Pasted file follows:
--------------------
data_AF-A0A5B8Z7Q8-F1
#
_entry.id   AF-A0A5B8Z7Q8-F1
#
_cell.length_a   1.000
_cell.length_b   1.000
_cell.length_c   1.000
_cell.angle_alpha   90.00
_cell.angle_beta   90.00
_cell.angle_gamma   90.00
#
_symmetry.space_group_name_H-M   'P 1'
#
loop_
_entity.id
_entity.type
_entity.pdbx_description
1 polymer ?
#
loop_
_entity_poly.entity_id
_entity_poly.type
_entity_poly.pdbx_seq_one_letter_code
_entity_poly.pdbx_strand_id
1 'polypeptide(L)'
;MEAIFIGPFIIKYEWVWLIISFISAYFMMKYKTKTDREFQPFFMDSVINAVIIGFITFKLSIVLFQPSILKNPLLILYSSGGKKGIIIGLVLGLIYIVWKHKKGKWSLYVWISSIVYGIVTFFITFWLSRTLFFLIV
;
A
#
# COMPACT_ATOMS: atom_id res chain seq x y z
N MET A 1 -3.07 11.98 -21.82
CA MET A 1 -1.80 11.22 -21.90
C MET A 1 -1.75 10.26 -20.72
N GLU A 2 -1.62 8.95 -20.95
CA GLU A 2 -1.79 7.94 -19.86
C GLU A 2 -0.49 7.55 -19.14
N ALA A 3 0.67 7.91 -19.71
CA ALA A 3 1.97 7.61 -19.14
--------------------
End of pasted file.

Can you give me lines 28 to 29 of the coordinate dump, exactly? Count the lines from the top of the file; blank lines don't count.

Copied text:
A
#